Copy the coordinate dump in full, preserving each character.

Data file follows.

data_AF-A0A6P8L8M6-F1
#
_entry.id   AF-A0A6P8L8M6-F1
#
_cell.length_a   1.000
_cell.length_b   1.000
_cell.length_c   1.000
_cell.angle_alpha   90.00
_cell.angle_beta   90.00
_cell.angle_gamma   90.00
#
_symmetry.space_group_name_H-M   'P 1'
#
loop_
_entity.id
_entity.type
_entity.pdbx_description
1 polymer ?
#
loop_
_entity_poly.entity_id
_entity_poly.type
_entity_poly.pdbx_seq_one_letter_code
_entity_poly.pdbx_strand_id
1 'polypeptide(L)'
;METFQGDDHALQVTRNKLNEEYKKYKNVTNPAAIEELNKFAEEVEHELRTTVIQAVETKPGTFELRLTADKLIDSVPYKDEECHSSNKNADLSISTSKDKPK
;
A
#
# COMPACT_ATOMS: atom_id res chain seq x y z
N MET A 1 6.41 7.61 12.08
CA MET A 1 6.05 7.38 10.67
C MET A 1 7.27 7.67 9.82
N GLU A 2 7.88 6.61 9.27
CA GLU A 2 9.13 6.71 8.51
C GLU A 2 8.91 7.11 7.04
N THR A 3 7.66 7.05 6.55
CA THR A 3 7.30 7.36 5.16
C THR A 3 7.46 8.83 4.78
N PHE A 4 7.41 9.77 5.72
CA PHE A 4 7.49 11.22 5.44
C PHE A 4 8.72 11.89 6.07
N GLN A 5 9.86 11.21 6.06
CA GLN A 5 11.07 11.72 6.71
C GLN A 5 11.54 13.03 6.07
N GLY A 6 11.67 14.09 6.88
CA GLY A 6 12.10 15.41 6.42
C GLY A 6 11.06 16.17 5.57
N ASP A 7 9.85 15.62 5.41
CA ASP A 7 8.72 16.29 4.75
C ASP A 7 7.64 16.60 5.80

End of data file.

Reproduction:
data_AF-A0A6P8L8M6-F1
#
_entry.id   AF-A0A6P8L8M6-F1
#
_cell.length_a   1.000
_cell.length_b   1.000
_cell.length_c   1.000
_cell.angle_alpha   90.00
_cell.angle_beta   90.00
_cell.angle_gamma   90.00
#
_symmetry.space_group_name_H-M   'P 1'
#
loop_
_entity.id
_entity.type
_entity.pdbx_description
1 polymer ?
#
loop_
_entity_poly.entity_id
_entity_poly.type
_entity_poly.pdbx_seq_one_letter_code
_entity_poly.pdbx_strand_id
1 'polypeptide(L)'
;METFQGDDHALQVTRNKLNEEYKKYKNVTNPAAIEELNKFAEEVEHELRTTVIQAVETKPGTFELRLTADKLIDSVPYKDEECHSSNKNADLSISTSKDKPK
;
A
#
# COMPACT_ATOMS: atom_id res chain seq x y z
N MET A 1 6.41 7.61 12.08
CA MET A 1 6.05 7.38 10.67
C MET A 1 7.27 7.67 9.82
N GLU A 2 7.88 6.61 9.27
CA GLU A 2 9.13 6.71 8.51
C GLU A 2 8.91 7.11 7.04
N THR A 3 7.66 7.05 6.55
CA THR A 3 7.30 7.36 5.16
C THR A 3 7.46 8.83 4.78
N PHE A 4 7.41 9.77 5.72
CA PHE A 4 7.49 11.22 5.44
C PHE A 4 8.72 11.89 6.07
N GLN A 5 9.86 11.21 6.06
CA GLN A 5 11.07 11.72 6.71
C GLN A 5 11.54 13.03 6.07
N GLY A 6 11.67 14.09 6.88
CA GLY A 6 12.10 15.41 6.42
C GLY A 6 11.06 16.17 5.57
N ASP A 7 9.85 15.62 5.41
CA ASP A 7 8.72 16.29 4.75
C ASP A 7 7.64 16.60 5.80